The city of London is now offering new opportunities when it comes to house buying, with almost 65,000 affordable new homes planned to be built in the capital per year.
Sadiq Khan, the Mayor of London, has a draft London Plan, which means that the London property map will be significantly changed. Due to high prices in parts of central and inner London, young buyers have had to look at other areas if they want to invest in property.
Parts of London that would not normally be top of a property shopping list are being revitalised with a series of regeneration projects and transportation upgrades, which is creating brand new hotspots and opportunities that are hard to ignore. The Mayor’s plan has set out targets for each borough in the city as well as identifying ‘Opportunity Areas’ in which large amounts of investment are being directed. These ‘Opportunity Areas’ are priority zones where development and regeneration are to be progressed.
There are as many as 30 areas designated for this attention, and the process has already begun in Stratford and Nine Elms. It now seems that Charlton Riverside, Colindale, Cricklewood, Harrow, Kensal Canalside, Catford, New Cross, Ilford, Southall, Park Royal, Woolwich, Thamesmead and Abbey Wood are next in line for a period of regeneration.
Buying a property in London has never been easy, but moving away from the typically popular areas to these up and coming hotspots could prove to be a profitable investment.
The average rental values for existing homes in Prime Central London have been falling for more than two years due to rising supply but the pattern is now due to reverse. There was a large spike in new lettings properties in the middle of 2017, which followed the introduction of the additional rate of stamp duty in April 2016, one of the reasons behind the increase. The other key factor has been a growing number of ‘accidental landlords’, a group of would-be vendors who are waiting for more pricing certainty before they return to the sales market.
The rate of new lettings properties coming onto the market has slowed. In 2017, November was the first month to reflect a decline in the number of new lettings properties placed on the market, with a fall in instructions of 1.2%. There was also greater demand than in 2016. Both factors combined will strengthen rental value growth. From January to November 2017 there was a 19% rise in viewings in comparison to 2016. The number of tenancies agreed also rose by 14% over the same period, whilst on average 17% more new potential tenants registered with PCL agents.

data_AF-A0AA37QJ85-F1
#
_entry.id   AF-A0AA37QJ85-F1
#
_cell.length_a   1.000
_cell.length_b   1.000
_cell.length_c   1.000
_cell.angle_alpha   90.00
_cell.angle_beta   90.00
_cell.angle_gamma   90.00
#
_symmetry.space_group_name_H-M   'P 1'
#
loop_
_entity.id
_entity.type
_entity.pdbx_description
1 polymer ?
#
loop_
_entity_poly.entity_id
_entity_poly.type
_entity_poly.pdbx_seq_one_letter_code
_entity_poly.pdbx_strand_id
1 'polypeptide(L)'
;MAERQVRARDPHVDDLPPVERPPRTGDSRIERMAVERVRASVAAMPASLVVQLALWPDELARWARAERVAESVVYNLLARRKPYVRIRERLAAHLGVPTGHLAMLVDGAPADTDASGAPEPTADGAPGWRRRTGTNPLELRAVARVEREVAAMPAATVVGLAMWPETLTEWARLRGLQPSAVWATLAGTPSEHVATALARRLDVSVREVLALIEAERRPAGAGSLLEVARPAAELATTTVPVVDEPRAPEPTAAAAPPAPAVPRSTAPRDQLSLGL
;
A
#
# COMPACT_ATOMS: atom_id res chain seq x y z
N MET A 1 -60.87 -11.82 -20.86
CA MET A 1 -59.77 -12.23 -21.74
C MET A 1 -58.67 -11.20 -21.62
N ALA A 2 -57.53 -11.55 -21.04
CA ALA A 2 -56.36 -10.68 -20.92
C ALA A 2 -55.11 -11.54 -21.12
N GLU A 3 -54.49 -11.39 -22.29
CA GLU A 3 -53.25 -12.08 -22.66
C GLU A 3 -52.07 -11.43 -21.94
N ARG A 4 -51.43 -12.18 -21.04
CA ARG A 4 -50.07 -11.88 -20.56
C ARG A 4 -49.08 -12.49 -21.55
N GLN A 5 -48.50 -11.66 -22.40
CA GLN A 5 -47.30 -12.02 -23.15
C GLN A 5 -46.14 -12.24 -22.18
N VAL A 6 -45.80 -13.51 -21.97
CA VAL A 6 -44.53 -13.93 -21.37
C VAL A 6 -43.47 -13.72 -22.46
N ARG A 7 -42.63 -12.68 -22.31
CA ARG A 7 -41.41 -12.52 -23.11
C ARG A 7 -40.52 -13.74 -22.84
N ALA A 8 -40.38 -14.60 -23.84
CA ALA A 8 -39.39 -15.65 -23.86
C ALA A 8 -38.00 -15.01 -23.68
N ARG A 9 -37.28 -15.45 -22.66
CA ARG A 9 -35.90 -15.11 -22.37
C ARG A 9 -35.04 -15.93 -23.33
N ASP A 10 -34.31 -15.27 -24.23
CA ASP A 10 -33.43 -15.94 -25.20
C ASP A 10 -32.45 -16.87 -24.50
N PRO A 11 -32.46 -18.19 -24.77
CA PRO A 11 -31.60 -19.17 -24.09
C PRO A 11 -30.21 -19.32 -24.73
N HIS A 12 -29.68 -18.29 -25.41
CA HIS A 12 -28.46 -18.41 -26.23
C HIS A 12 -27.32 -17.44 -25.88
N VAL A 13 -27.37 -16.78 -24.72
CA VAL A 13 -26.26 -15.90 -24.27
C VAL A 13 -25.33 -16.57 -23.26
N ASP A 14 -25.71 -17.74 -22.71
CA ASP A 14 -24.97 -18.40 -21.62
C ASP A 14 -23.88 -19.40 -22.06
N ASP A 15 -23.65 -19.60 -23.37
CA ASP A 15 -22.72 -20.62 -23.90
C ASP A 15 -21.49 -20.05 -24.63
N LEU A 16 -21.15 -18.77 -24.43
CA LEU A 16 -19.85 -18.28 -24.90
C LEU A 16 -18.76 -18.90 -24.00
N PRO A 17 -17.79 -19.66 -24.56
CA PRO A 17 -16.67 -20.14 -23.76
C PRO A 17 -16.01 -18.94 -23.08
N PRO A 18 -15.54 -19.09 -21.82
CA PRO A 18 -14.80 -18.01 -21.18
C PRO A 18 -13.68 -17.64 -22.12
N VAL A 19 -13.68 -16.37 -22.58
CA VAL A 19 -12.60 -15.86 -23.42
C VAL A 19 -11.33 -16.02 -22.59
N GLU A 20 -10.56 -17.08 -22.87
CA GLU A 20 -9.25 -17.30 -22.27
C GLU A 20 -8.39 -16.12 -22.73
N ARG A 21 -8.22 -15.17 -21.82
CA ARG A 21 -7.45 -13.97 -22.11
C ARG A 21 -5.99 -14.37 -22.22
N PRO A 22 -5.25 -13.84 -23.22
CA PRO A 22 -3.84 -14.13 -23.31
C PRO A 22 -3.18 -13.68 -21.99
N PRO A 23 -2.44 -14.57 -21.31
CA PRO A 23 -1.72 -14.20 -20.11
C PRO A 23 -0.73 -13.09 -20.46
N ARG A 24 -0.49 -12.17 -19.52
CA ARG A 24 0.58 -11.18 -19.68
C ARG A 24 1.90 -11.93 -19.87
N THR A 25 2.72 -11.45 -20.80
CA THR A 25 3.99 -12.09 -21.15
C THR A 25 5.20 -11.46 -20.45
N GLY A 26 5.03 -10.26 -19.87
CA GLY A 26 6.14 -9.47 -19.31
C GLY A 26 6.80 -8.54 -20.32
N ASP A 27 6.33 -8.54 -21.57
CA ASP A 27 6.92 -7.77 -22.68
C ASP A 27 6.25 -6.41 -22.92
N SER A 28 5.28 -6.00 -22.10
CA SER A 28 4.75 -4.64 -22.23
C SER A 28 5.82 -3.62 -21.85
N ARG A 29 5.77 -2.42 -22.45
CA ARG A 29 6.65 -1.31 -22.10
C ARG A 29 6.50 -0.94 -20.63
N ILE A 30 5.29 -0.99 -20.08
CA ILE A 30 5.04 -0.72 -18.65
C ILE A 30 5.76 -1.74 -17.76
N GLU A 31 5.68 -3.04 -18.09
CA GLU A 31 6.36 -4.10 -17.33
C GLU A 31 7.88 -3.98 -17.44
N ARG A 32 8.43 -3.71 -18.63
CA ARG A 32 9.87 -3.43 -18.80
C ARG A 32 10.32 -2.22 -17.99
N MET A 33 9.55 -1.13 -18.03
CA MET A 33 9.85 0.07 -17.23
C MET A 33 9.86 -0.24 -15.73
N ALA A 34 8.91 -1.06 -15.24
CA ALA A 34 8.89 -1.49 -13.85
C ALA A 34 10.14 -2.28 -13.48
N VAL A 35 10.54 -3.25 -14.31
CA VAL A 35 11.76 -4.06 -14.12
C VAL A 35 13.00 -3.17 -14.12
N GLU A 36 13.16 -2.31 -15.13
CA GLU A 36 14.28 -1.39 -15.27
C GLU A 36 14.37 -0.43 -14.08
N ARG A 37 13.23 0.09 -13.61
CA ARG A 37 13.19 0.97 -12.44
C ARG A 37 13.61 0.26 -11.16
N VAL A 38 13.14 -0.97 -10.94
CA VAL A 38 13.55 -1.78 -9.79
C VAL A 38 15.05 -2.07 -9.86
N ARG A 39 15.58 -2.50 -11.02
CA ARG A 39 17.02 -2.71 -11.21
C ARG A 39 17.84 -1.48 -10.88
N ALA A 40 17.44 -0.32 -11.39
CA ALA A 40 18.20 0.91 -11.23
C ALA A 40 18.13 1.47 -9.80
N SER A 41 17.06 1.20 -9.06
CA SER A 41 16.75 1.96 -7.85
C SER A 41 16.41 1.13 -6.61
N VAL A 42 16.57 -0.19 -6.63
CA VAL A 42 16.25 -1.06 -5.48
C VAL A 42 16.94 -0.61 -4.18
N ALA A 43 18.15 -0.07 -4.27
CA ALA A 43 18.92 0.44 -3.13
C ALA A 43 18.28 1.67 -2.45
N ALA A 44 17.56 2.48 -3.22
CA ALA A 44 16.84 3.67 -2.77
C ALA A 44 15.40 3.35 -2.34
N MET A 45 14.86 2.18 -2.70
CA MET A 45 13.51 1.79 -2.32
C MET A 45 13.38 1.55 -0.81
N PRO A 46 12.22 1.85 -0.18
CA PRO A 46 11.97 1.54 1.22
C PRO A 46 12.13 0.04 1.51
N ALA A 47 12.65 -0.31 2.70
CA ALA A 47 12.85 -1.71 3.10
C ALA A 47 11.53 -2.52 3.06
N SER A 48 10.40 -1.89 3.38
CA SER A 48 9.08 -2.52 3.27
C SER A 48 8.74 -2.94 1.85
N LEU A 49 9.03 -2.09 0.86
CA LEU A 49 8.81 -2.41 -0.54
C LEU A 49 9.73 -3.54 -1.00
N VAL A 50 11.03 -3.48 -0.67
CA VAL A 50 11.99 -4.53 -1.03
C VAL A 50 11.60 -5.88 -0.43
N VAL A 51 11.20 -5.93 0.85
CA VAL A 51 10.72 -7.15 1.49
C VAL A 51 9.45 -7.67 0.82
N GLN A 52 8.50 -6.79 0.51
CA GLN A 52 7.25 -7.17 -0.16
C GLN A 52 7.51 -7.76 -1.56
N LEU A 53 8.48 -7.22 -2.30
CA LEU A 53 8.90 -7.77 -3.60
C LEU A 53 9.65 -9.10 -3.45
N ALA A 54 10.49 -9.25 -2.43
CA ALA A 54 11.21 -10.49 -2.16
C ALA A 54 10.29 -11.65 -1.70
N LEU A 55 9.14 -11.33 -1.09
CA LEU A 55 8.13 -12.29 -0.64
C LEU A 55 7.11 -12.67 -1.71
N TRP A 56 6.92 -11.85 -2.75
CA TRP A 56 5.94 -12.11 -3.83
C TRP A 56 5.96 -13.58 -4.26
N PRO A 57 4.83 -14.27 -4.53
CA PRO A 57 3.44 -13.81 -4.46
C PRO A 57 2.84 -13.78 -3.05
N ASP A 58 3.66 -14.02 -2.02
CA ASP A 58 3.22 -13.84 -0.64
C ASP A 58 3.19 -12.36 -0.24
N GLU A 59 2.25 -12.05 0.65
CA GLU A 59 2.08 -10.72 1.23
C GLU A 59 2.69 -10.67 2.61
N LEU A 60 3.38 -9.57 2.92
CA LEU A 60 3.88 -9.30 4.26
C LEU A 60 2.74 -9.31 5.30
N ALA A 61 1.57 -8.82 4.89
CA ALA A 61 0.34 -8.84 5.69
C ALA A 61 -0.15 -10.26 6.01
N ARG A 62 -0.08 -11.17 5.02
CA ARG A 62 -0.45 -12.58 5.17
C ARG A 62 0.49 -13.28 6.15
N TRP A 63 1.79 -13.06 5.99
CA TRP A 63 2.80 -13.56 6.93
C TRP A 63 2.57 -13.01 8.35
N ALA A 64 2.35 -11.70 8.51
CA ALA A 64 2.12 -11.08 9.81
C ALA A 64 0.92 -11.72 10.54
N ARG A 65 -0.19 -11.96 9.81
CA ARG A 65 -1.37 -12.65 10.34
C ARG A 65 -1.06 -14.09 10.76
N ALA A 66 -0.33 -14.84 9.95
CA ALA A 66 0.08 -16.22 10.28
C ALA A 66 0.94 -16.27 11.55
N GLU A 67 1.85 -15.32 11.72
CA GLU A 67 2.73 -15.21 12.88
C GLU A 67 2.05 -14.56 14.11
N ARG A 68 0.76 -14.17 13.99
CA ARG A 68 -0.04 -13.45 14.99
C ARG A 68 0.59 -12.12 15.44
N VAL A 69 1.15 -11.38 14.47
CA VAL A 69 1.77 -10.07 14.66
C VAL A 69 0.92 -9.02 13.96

In a world of low returns, the Prime Central London lettings market became a comparatively more attractive asset class in 2017 from an investors view. Currently, the average gross yield in prime central London is 3.2%, higher than the risk-free rate of a 10-year UK government bond, which was yielding approximately 1.2% in mid December. The stretch between the two is high by historic standards; this trend is likely to continue with bottoming out sales values which will boost total returns. There is no immediate likelihood of a rate rise, despite the fact that UK inflation rose to 3.1% in December. Subject to the usual requirements, the Bank of England expects the base rate to be 1% in 2020, which is still low by historical standards.
A recent investigation has found that the Help to Buy scheme is not in fact helping everyone, with many UK homes priced out of the scheme, particularly in London, according to BBC. The scheme was set up last year to help young people onto the property ladder, with the government saying that the cap ensures that the scheme is intended for first time buyers. It was introduced to allow first time buyers to put their deposit into a tax-free savings account and get a 25% bonus, up to a maximum of £3,000 when they buy their home. The price of a house under the scheme cannot exceed £450,000 in London, or £250,000 everywhere else in England. However, the Help to Buy ISA only gives savers a £3,000 bonus on their deposit if the price of the house is below the cap. In addition, starter homes exceed the price cap in many areas across England. Shelter, the housing charity, has been quoted as saying that it only helped a few and the government needs to focus on building more homes.